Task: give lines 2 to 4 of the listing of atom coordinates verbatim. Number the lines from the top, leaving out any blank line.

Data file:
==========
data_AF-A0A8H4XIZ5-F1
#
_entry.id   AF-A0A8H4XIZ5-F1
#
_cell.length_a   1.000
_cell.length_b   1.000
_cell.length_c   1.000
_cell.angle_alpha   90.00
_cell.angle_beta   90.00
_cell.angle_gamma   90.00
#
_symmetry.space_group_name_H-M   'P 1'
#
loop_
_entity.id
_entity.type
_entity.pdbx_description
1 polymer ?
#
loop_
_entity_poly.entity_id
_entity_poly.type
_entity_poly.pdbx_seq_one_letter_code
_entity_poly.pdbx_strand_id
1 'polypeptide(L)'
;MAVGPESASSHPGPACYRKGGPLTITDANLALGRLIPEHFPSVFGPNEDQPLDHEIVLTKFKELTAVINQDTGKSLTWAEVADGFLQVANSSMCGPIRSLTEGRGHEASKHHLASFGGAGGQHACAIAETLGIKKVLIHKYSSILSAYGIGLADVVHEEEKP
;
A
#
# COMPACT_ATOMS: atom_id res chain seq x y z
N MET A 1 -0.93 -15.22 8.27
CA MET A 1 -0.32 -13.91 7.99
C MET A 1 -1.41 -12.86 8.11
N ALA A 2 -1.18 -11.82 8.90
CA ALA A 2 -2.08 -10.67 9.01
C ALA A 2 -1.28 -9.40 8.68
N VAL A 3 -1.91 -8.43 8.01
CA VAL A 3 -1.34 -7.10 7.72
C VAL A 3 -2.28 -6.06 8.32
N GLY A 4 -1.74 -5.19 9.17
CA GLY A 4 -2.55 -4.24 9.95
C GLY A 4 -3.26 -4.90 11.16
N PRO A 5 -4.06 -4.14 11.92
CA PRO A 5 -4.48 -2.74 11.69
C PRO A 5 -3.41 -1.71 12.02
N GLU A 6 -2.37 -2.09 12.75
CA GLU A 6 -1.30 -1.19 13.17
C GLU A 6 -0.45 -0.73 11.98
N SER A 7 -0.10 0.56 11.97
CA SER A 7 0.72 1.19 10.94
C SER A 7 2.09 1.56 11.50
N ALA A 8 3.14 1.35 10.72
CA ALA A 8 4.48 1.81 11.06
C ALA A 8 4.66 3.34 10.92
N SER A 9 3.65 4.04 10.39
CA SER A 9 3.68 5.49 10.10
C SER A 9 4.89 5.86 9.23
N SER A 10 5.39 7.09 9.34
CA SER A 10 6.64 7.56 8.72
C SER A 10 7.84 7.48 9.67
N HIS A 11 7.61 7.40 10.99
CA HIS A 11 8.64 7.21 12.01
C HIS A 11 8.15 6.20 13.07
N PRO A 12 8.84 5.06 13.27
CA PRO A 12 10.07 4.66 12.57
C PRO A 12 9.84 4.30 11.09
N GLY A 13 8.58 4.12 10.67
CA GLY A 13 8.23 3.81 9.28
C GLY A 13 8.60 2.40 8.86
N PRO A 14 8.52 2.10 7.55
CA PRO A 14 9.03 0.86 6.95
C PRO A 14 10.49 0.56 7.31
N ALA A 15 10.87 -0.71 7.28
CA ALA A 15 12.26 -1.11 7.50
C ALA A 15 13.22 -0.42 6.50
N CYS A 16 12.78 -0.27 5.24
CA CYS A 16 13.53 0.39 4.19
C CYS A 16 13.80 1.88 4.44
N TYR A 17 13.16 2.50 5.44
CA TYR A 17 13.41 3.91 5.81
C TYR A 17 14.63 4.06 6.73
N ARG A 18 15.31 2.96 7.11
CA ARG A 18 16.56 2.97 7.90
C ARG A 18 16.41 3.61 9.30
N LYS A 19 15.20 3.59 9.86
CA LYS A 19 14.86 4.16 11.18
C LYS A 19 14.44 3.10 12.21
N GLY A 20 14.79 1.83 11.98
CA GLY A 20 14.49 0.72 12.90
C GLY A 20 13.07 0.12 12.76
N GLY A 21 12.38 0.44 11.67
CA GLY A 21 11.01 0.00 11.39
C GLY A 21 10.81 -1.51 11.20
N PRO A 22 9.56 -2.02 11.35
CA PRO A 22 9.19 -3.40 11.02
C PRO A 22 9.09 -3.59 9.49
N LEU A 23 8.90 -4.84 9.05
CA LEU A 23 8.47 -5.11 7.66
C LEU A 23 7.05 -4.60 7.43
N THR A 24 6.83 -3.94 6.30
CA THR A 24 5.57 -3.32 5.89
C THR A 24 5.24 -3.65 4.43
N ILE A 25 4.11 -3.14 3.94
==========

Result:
#
_entry.id   AF-A0A8H4XIZ5-F1
#